Shoppers have hit out at Woolworths’ innovative self-serve checkout unveiled at a new Melbourne store this week.
Millers Junction Woolworths in Melbourne’s west was treated to Victoria’s first self-serve checkout specifically for trolleys, which could potentially solve customer’s woes about over-crowding in the self-serve area.
“I think it’s a great idea, and I really love self service,” one person said in response to the Yahoo News article on the new technology.
“The only time we don’t use it is if we had a full trolley, but the new self-serve would solve that problem.”
However, most people responded with comments indicating they were not happy with the innovation.
Many people expressed their dislike for self-serve checkouts because they “take people’s jobs” and eliminate human interaction.
“This company still doesn't get it. If you go shopping you do not want to have to serve yourself as well. Business is just greedy for money, cut jobs, no staff for the customer to interact with,” one person said.
“No jobs for the young kids to get a kickstart in the workforce. Computers have definitely helped but before you know it nobody will be working because robots and computers will do it all.”
“This solves nothing, now the slow morons that really should not be using self check out to begin with will take up more space and waste more time,” another person said.
According to a Yahoo News poll, out of almost 2000 people, 44 per cent of shoppers say they hate others taking trolleys to self-service checkouts.
However, retail expert Professor Gary Mortimer from Queensland University of Technology says self-serve check outs does not equal less employees, and it’s neither faster or slower than traditional checkouts.
“Roles are simply moved from one area to another,” Professor Mortimer told Yahoo News Australia.
“I think the service is still the same, it’s just with one option you’re actually actively involved in controlling your transaction - and some shoppers like that.”
Self-serve checkouts can be slower than service checkouts
Professor Mortimer said there is a mindset that it is faster to unload, scan and bag your own groceries through self-serve, however he says it takes about the same amount of time as an employee doing it for you, or if they are highly experienced, it’s often faster.
Professor Mortimer said the way self-service checkout queues are set up gives the illusion you are getting out of the shop quicker.
Thinking you’re in the slowest queue isn’t exclusive for shoppers in supermarkets – being disillusioned by how “slow” a line is moving can happen when lining up under any circumstance – at a bank or when going through immigration at an airport.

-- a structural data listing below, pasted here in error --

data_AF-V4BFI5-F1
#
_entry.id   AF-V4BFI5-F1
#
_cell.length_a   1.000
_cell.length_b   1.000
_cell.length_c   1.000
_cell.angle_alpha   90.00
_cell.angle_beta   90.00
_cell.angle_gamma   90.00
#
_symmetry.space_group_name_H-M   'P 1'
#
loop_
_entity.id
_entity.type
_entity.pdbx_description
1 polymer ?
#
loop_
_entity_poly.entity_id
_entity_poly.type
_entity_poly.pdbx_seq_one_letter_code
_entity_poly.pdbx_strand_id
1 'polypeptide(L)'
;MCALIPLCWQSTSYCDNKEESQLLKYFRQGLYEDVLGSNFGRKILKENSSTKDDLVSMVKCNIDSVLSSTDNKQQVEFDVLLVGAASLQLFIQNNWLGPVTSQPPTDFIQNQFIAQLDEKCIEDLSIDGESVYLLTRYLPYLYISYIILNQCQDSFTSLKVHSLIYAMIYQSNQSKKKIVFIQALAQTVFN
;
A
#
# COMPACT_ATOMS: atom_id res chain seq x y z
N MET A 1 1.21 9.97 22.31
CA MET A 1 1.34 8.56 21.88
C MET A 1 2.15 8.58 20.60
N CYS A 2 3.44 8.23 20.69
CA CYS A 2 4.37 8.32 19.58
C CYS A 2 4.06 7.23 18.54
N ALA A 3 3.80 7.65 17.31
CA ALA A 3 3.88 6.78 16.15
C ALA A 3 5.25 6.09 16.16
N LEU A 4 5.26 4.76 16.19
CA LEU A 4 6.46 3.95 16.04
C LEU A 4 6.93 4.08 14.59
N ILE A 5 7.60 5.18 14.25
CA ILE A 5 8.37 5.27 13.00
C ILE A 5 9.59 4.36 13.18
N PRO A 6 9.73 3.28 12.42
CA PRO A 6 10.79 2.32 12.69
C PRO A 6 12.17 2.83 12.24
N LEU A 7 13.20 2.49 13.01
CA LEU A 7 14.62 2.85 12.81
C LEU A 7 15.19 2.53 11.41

In reality, most queues at a supermarket will move at the same pace, according to Professor Mortimer.
“Because we are stressed and because we are perceived to be time-poor, it doesn’t matter which queue you’re in, you’re always going to believe you’re in the slowest queue,” he said.
Self-serve checkouts also utilise a “snake-style” - a single line, while people wait to jump on a checkout, which is “constantly moving”, Professor Mortimer explains.
“The perception is ‘Wow, this is really quick’, but there could be 20 customers ahead of you, but when you’re standing in a checkout there might be two people in front, and you go ‘This is going really slow’,” Professor Mortimer said.
“It’s just the movement which creates the psychology that things are moving faster.”
The future of supermarket checkouts
Professor Mortimer believes retailers across the board will look to provide shoppers with different ways to transact their goods.
Self-serve check outs designed for trolleys is just one way retailers like Woolworths are looking to give everyone a way to shop that suits them, he says.
The new self-serve option that is designed for people with trolleys could become more common over the next few years
“I think these types of conveyor belt style self-service technologies will roll out, I don’t think they will be predominant across all checkouts but there will certainly be one or two options for customers,” Professor Mortimer said.
“Particularly in busier stores.”
Like all technology, getting used to self-serve can take time to get used to, before it becomes second nature, according to Professor Mortimer and it comes down to what the customer prefers.
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